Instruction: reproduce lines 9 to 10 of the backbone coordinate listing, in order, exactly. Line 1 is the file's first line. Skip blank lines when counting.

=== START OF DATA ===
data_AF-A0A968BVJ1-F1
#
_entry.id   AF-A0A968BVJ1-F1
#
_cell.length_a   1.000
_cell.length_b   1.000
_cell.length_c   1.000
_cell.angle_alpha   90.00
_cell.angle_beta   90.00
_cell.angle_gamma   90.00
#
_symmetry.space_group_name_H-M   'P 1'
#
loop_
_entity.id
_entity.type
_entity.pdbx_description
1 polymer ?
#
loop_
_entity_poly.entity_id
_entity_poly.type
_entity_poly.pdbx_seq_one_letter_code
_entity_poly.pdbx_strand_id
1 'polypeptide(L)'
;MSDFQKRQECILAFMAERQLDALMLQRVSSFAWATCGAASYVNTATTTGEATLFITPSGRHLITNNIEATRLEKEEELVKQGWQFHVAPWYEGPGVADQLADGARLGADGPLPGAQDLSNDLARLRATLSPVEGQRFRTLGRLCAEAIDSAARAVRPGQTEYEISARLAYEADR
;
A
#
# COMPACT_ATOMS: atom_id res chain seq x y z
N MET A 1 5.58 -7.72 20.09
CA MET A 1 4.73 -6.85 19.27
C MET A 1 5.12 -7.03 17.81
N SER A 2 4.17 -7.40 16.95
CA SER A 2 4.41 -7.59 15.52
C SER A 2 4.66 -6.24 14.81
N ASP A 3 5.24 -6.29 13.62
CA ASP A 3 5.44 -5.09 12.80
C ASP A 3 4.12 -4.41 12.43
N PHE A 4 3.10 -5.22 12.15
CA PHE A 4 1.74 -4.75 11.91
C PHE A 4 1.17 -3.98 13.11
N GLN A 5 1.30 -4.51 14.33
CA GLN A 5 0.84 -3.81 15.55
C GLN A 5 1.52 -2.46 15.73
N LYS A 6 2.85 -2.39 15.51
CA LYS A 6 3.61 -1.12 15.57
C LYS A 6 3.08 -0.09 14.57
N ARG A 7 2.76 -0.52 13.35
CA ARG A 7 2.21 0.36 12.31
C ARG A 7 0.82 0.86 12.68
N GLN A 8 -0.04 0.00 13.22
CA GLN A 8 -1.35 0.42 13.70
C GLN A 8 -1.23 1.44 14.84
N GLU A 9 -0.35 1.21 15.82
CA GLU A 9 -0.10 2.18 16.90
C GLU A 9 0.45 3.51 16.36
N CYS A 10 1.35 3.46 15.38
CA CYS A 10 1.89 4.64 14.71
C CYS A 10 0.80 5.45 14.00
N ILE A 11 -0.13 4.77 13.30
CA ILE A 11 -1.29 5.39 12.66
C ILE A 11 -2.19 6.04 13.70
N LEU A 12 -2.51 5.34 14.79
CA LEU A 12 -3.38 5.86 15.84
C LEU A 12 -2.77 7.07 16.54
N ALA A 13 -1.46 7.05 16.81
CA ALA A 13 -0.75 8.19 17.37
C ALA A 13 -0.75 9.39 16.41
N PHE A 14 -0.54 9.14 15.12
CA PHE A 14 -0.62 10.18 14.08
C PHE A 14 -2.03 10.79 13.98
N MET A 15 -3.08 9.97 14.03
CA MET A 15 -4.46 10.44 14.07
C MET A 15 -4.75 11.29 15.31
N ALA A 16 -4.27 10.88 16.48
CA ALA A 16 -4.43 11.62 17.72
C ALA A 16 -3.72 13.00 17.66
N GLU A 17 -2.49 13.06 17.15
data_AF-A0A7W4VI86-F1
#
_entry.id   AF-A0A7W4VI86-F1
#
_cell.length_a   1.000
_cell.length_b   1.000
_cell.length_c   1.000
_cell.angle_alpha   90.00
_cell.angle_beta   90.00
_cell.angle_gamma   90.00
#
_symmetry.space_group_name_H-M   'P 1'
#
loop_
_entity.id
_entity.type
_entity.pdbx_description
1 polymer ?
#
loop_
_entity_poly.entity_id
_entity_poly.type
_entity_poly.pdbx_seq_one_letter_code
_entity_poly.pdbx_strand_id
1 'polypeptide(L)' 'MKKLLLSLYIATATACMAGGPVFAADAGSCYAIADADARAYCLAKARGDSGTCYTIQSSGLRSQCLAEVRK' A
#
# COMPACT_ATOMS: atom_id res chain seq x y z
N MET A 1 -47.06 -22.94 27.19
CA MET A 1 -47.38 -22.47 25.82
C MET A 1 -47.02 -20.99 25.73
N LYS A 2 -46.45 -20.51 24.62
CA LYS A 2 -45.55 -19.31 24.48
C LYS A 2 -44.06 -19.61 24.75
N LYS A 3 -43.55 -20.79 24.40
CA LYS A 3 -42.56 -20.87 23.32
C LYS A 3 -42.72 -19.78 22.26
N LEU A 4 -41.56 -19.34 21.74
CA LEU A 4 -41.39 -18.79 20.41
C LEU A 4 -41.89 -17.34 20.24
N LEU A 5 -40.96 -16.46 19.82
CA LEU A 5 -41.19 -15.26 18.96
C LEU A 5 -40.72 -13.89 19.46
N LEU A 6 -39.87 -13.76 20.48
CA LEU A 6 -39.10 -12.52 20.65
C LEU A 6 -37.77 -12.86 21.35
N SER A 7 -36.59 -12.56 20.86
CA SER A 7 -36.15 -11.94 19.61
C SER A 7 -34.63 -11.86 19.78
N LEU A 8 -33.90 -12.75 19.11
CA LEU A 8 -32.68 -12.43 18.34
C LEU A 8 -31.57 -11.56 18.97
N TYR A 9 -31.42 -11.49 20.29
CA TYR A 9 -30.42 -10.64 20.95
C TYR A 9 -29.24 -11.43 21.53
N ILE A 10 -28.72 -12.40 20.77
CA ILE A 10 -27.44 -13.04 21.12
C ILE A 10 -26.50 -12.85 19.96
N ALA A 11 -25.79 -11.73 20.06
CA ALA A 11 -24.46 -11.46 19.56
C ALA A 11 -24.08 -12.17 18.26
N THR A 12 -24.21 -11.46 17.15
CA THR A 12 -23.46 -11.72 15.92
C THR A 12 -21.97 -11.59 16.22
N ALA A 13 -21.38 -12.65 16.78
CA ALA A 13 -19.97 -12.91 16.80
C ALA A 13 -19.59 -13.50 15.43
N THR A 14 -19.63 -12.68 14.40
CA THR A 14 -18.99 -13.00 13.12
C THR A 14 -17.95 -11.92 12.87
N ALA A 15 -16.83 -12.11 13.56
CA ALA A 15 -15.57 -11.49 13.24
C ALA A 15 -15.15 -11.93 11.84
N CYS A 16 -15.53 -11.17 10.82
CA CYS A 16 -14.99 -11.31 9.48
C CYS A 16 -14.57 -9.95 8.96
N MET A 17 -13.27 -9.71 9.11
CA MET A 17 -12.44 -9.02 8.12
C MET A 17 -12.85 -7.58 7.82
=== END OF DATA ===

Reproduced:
_cell.angle_beta   90.00
_cell.angle_gamma   90.00